Steven A. Camarota | Center for Immigration Studies
Time to retire a faulty talking point
Skilled immigrants with skill-based visas certainly bring some economic benefits, but one cost is the increased wage and employment competition faced by natives with similar skills. This is a not a trivial concern given that most “high-skill” H-1B immigrants are not exemplary — they’re mostly run-of-the-mill college graduates who compete with middle-class natives.
Yet advocates claim that skilled immigration increases native employment even in the short run. Michigan Gov. Rick Snyder became the latest to insist that skilled immigration has no costs when he told the Washington Post that immigrants “create 2.5 jobs for every position they hold.”
It’s not the first time Snyder has made that claim, and he has a lot of company. Members of Congress like to repeat the same talking point, though they give the more “precise” figure of 2.62 jobs. Back in April, Reps. Erik Paulsen (R-Minn.) and Mike Quigley (D-Ill.) promoted an expansion of the H-1B program by saying that each foreign-born STEM graduate in the United States creates 2.62 jobs for natives. Sens. Orrin Hatch (R-Utah) and Jeff Flake (R-Ariz.) cited the same number back in March. It’s also a go-to talking point for the Chamber of Commerce. (See here for a comprehensive list of “2.62” sightings.)
The 2.62 number comes from a paper written by Madeline Zavodny for the American Enterprise Institute (AEI) and the Partnership for a New American Economy (co-chaired by high-immigration billionaires Michael Bloomberg and Rupert Murdoch) with the explicit purpose of advocating for expanded immigration. The paper examines how the native employment rate varies with the immigrant share of the workforce within states over time. The simple correlation between immigrant and native employment is positive, of course, since immigrants are attracted to high-growth states where natives are also doing well. For example, few immigrants settle in economically depressed West Virginia, whereas the nearby booming Washington, DC, area has attracted a large foreign-born population.
Separating out the effect of immigration per se on native employment, independent of economic conditions that have nothing to do with immigration, requires more sophistication. One method used by economists is to find an “instrument” for the proportion of immigrants in the workforce — that is, another variable that is correlated with the presence of immigrant workers but is not correlated with economic conditions. The instrument can then be used to remove the bias caused by the fact that immigrants tend to move to areas of high job growth.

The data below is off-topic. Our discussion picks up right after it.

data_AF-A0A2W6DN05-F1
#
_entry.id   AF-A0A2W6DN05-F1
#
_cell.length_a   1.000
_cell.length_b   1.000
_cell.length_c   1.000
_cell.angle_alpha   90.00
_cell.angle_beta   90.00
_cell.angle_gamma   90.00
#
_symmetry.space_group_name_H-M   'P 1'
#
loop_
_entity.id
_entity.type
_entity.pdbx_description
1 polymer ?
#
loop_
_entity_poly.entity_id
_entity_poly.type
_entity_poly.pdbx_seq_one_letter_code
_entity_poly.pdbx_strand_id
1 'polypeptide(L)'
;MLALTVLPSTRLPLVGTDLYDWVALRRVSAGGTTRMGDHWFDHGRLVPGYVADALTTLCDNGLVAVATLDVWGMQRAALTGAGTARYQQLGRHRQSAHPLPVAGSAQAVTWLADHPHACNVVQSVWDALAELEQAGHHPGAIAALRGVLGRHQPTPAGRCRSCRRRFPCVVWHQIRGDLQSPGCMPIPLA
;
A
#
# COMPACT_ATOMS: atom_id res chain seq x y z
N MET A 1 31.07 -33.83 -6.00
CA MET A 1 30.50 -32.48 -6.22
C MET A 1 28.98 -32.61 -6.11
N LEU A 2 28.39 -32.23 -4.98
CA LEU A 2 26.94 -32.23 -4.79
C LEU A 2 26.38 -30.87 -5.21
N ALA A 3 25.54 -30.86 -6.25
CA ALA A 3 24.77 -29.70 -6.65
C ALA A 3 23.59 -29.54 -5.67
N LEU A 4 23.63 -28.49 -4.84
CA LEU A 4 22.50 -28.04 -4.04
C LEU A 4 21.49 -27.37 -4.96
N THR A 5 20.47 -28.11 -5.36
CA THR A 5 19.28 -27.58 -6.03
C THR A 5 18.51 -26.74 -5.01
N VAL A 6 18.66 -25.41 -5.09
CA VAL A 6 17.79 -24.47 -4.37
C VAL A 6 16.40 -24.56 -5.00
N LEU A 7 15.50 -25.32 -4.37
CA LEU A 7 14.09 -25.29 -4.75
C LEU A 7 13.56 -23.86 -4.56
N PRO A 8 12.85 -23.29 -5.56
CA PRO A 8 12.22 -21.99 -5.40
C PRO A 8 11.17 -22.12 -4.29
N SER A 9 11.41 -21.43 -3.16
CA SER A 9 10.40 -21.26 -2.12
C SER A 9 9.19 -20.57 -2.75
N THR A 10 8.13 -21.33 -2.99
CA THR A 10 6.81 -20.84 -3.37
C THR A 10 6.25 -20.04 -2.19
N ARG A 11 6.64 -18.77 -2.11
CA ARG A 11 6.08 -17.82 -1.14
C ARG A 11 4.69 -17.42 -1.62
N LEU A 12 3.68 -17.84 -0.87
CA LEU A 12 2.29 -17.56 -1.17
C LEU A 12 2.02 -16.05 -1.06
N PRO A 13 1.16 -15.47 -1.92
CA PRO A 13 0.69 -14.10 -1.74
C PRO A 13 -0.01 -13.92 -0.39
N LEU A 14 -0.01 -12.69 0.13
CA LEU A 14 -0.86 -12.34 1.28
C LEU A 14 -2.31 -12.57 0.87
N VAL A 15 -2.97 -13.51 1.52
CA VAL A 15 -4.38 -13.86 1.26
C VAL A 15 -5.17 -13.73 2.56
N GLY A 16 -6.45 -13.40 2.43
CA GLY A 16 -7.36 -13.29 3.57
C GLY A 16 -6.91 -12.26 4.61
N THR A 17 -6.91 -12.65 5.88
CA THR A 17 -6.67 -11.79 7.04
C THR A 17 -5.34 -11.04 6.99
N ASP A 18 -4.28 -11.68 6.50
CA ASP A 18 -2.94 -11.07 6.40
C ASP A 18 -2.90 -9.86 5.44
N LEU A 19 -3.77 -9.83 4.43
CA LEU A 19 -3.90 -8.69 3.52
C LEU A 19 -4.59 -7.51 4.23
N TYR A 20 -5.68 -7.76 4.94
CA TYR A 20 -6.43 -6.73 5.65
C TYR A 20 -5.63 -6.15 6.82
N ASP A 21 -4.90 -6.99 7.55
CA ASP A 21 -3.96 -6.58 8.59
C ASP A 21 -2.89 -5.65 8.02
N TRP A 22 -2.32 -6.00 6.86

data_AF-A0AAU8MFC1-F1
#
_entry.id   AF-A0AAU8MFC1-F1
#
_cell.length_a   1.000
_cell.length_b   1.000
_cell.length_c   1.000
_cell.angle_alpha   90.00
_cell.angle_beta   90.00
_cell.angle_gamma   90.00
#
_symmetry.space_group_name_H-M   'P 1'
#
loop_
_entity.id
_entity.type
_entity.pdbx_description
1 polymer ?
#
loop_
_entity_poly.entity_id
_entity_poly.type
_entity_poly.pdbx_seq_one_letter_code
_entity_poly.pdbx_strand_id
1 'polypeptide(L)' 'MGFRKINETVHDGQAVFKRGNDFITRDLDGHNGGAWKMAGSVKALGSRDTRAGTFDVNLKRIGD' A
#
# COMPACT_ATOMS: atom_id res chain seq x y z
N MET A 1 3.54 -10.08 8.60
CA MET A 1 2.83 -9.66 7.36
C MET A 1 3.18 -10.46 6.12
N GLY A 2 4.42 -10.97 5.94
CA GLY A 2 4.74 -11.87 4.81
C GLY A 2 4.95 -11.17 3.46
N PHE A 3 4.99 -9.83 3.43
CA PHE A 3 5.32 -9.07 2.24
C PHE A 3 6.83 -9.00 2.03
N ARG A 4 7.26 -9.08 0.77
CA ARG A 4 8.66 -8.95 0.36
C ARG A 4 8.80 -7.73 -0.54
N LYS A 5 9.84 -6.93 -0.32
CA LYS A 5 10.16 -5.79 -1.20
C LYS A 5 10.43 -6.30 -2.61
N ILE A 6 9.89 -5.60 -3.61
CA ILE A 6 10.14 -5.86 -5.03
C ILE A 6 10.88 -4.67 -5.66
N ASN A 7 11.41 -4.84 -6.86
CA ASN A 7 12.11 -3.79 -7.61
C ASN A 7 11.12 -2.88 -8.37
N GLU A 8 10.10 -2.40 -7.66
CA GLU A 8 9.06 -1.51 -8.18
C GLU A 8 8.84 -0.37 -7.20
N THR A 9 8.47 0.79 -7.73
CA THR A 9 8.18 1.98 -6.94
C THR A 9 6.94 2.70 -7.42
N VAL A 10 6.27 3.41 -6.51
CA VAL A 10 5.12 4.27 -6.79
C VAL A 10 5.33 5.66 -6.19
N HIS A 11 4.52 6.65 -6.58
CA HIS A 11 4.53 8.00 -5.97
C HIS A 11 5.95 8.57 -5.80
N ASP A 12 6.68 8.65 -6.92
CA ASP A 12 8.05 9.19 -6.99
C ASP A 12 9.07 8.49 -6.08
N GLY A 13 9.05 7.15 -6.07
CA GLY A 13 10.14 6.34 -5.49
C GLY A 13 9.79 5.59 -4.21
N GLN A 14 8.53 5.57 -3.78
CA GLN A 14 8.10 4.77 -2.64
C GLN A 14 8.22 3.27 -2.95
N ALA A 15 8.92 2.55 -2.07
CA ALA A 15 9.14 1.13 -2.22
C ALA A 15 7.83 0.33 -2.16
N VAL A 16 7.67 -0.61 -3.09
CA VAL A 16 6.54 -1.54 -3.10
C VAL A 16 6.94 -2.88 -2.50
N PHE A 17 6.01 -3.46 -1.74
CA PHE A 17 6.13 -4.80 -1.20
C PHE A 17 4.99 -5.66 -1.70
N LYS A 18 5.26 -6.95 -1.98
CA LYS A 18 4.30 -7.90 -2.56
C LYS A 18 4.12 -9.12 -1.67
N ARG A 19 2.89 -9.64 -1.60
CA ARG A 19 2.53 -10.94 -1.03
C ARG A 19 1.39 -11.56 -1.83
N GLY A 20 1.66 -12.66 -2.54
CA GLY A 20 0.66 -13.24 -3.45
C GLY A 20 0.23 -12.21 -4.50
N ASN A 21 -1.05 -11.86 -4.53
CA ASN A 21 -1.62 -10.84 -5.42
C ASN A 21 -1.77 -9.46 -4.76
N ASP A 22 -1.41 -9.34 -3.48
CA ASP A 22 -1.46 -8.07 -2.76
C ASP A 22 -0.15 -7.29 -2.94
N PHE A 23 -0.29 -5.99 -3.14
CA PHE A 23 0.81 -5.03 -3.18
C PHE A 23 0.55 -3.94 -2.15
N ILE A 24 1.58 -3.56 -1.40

The problem is that good instruments for immigrant workers are hard to find, and the AEI paper uses a decidedly inadequate one — namely, the number of immigrants in the population. That’s right, the authors actually try to control for the immigrant share of the workforce by using the immigrant share of the total population, which is nonsensical.
The immigrant share of the population is clearly correlated with the immigrant share of the workforce (which it needs to be as an instrument), but it is still going to be correlated with economic conditions (for which it cannot be used as an instrument). In other words, the paper’s attempt to control for the effect of economic conditions does not succeed. In fact, it does not even come close in my view. The 2.62 (or 2.5) native jobs figure repeatedly cited by politicians and business groups is therefore of little relevance to the policies they are pushing.
Although the quality varies from paper to paper, every study we know of that attempts to link immigration and job growth across U.S. regions suffers from this same causality problem. Immigrants are attracted to high-growth areas, and so far no amount of statistical wrangling has been able to remove that effect.
So again we have politicians citing data based on extremely questionable assumptions as if it were authoritative. That’s what happens when advocates overreach in the hope of quelling all objections. Skilled immigration brings economic benefits, but, like low-skill immigration, it imposes costs as well. We should be willing to acknowledge the trade-offs.